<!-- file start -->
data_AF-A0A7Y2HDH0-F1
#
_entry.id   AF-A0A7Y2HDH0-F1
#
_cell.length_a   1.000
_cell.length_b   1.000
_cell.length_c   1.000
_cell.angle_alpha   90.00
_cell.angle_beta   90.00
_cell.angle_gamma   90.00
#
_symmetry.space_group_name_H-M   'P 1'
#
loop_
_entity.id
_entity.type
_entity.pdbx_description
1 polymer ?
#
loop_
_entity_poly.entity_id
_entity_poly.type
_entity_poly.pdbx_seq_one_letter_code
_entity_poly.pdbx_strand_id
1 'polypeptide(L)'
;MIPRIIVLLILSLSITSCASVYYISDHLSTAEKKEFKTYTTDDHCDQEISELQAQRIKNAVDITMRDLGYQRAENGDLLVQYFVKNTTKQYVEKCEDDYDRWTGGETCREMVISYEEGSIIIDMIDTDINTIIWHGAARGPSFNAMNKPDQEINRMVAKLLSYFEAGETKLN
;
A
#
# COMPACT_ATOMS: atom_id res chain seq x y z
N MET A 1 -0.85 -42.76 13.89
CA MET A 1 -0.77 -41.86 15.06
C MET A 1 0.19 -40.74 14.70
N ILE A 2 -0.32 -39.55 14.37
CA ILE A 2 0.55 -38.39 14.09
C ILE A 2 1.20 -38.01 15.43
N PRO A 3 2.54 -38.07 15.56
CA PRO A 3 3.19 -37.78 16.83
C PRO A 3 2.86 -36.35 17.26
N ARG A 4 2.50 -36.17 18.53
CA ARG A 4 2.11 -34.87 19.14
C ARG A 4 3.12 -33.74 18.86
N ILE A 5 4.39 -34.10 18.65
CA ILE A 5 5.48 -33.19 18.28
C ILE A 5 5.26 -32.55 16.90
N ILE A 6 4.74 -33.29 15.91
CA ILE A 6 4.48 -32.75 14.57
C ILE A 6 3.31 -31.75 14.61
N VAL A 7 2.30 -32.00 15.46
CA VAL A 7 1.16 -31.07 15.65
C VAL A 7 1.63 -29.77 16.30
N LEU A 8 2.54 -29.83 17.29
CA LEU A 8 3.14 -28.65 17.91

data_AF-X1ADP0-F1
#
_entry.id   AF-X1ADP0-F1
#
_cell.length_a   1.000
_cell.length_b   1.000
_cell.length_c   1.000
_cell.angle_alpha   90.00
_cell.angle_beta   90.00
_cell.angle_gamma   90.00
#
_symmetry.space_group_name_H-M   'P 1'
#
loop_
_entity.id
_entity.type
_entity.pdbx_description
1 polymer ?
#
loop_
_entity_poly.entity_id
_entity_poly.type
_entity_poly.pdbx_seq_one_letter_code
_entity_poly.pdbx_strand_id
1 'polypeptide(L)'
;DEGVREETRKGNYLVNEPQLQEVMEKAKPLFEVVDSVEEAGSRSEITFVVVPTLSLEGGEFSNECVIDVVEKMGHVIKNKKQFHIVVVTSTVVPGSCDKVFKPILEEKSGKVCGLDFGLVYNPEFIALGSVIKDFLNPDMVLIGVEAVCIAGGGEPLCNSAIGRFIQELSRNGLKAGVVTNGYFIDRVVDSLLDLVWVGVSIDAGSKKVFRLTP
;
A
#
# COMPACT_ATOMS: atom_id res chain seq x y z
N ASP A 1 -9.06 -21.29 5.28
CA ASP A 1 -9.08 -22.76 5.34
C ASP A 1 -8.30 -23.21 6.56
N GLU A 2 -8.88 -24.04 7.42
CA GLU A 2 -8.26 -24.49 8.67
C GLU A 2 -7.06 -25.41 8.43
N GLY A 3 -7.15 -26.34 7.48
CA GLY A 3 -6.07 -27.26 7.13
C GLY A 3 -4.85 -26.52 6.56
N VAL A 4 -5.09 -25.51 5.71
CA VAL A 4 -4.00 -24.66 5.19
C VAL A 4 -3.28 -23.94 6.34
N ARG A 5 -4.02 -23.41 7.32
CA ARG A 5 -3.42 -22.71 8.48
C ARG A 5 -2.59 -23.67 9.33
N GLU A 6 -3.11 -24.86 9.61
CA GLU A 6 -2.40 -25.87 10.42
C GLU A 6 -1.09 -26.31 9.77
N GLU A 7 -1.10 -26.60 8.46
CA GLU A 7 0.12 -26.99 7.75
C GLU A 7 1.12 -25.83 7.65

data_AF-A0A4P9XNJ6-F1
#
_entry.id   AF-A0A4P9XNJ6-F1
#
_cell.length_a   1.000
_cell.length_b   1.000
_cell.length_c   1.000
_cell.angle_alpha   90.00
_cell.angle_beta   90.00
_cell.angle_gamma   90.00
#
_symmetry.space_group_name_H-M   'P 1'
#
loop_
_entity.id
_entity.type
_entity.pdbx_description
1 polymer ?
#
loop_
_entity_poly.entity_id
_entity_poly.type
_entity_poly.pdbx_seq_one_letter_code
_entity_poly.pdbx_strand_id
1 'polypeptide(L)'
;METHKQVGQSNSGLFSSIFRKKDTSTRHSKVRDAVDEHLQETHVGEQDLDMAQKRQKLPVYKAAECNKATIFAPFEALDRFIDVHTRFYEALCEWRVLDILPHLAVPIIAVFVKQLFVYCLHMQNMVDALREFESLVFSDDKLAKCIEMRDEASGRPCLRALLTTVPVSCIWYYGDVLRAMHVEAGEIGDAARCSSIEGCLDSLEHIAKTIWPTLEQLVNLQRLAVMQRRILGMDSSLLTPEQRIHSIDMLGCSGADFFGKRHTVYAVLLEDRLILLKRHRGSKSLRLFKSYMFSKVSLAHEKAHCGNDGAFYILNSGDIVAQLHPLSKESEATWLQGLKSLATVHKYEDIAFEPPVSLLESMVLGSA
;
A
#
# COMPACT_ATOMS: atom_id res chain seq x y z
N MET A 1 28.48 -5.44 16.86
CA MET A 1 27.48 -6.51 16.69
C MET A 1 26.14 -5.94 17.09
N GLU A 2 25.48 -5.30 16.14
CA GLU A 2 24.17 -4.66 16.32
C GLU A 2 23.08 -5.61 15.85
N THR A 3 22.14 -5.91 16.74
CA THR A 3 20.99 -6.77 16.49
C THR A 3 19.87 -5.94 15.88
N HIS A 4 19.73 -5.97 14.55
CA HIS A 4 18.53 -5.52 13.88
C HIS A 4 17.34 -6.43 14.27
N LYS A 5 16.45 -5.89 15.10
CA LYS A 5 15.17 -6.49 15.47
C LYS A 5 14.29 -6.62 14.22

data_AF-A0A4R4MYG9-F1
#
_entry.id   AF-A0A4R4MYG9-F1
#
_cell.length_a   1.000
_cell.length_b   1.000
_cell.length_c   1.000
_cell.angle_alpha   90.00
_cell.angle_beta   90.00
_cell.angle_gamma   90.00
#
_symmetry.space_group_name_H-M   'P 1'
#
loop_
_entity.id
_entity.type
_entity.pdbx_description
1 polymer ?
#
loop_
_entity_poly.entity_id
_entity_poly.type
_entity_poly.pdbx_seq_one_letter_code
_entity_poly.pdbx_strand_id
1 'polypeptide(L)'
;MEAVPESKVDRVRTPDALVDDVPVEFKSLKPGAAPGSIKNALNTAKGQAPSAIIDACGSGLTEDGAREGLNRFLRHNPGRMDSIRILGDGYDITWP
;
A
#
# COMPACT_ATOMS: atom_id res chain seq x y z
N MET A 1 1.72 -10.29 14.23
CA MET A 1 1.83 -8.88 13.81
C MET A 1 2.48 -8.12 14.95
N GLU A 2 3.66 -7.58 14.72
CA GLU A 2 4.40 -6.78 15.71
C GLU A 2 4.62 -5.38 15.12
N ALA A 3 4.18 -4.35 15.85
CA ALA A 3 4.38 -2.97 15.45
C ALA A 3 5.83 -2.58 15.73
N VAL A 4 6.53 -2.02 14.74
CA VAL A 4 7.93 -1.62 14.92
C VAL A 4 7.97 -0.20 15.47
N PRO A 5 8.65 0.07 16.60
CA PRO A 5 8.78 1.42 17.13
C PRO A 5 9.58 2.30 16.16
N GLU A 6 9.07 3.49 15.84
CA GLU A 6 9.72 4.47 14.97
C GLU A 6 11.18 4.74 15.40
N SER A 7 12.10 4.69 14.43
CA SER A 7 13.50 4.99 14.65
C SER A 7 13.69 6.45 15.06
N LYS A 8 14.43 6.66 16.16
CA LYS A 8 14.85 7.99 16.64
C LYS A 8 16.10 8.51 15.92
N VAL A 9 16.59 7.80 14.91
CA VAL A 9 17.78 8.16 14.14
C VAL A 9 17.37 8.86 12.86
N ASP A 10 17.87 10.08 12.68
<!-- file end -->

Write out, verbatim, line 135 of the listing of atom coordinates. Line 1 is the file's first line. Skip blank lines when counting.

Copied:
N MET A 1 28.48 -5.44 16.86